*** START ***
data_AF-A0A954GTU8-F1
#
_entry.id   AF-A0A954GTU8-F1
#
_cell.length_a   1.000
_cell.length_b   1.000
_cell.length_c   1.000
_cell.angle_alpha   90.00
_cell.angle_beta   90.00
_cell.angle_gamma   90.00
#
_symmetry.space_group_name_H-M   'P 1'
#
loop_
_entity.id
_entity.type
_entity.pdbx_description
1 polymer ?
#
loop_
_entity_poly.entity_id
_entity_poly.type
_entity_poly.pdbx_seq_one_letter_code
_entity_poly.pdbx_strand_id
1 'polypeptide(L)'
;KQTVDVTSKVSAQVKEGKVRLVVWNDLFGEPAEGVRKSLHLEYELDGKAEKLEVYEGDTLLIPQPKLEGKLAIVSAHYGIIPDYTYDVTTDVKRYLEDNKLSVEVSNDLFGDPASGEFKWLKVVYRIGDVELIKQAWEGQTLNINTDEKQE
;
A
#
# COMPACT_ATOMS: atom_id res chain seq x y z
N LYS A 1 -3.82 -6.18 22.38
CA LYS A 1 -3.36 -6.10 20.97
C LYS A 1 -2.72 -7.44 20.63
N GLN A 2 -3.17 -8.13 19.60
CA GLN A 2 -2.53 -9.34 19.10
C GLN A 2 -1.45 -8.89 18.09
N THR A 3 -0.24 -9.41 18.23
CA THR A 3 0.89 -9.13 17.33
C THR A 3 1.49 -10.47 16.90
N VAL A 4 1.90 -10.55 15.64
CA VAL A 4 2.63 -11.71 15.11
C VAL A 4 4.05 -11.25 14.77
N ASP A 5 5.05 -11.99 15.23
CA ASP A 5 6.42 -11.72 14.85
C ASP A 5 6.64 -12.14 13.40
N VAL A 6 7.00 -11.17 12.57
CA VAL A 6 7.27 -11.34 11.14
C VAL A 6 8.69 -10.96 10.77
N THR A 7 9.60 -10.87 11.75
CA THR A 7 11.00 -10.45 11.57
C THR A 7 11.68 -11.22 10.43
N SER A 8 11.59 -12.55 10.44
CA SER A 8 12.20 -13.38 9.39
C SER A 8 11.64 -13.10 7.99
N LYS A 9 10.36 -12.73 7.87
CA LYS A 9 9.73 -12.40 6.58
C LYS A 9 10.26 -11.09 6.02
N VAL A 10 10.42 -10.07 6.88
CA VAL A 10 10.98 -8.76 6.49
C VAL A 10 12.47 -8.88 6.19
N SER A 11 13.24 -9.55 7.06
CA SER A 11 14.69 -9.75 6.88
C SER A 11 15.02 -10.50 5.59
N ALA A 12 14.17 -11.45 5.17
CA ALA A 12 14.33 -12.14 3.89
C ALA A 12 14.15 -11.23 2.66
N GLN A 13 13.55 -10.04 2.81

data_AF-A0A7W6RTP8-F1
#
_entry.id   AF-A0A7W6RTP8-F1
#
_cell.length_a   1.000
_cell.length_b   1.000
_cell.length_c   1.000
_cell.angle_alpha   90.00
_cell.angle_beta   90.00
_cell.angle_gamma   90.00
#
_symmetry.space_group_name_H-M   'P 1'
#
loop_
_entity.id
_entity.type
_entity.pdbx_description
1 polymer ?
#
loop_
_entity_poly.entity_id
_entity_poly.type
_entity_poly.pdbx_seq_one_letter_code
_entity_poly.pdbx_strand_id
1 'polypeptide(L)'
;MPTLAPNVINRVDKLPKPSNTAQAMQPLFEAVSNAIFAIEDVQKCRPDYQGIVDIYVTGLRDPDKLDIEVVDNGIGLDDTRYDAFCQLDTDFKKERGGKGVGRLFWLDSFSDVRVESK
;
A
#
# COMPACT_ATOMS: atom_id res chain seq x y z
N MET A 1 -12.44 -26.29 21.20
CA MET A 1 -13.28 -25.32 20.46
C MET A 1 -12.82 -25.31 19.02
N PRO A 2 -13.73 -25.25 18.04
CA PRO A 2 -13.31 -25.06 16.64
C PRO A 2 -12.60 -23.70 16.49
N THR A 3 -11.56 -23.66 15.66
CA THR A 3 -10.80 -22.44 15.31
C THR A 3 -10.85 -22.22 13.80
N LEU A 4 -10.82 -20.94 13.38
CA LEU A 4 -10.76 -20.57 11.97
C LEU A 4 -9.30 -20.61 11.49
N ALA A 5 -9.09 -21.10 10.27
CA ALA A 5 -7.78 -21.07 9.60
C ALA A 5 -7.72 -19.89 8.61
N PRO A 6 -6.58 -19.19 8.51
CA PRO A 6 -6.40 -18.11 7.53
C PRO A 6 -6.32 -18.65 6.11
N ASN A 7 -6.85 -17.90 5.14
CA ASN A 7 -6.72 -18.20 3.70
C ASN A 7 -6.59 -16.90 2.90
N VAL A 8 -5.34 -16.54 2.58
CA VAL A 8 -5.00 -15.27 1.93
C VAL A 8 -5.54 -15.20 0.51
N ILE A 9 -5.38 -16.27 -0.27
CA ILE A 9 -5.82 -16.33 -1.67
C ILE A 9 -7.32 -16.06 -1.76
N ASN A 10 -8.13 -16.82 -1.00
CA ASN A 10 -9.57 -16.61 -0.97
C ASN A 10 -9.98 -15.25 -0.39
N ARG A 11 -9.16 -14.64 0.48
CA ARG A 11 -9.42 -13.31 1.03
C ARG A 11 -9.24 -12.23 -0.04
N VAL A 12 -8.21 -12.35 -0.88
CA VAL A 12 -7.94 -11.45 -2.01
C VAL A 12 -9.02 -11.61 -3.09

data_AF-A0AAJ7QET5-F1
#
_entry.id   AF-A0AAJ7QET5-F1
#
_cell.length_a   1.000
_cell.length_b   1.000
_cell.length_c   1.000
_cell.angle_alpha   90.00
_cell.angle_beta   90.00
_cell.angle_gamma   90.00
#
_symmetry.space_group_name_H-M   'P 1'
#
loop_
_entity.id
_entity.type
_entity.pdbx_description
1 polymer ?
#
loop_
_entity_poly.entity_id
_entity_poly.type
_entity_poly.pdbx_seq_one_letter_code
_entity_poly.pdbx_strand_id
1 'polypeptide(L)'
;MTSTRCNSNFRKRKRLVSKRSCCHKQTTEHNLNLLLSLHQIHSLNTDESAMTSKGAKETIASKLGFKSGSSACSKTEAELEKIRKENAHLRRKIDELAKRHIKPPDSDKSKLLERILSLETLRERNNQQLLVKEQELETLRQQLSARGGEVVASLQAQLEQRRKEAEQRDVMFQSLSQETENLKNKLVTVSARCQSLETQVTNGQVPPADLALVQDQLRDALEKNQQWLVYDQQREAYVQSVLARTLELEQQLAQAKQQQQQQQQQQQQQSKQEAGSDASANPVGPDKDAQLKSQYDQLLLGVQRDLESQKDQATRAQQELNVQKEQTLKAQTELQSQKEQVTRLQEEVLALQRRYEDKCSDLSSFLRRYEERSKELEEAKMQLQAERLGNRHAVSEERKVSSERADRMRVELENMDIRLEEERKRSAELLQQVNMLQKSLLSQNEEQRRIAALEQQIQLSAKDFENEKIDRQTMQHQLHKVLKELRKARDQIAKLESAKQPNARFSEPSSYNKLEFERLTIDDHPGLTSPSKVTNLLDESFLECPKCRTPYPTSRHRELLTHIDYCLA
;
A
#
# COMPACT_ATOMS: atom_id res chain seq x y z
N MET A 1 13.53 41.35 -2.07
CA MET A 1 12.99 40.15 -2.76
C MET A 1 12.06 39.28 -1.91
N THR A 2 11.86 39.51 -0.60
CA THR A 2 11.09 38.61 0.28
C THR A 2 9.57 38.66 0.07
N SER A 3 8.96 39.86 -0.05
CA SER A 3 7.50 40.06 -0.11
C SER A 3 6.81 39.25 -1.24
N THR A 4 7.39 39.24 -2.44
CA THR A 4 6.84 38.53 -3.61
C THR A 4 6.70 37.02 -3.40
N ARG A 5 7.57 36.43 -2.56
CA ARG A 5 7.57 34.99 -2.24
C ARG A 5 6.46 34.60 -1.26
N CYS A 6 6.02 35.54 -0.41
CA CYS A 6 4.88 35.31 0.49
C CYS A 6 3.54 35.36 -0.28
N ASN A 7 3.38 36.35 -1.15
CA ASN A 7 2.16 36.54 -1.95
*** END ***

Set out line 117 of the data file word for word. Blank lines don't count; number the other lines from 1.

CA ASN A 7 -6.72 -18.20 3.70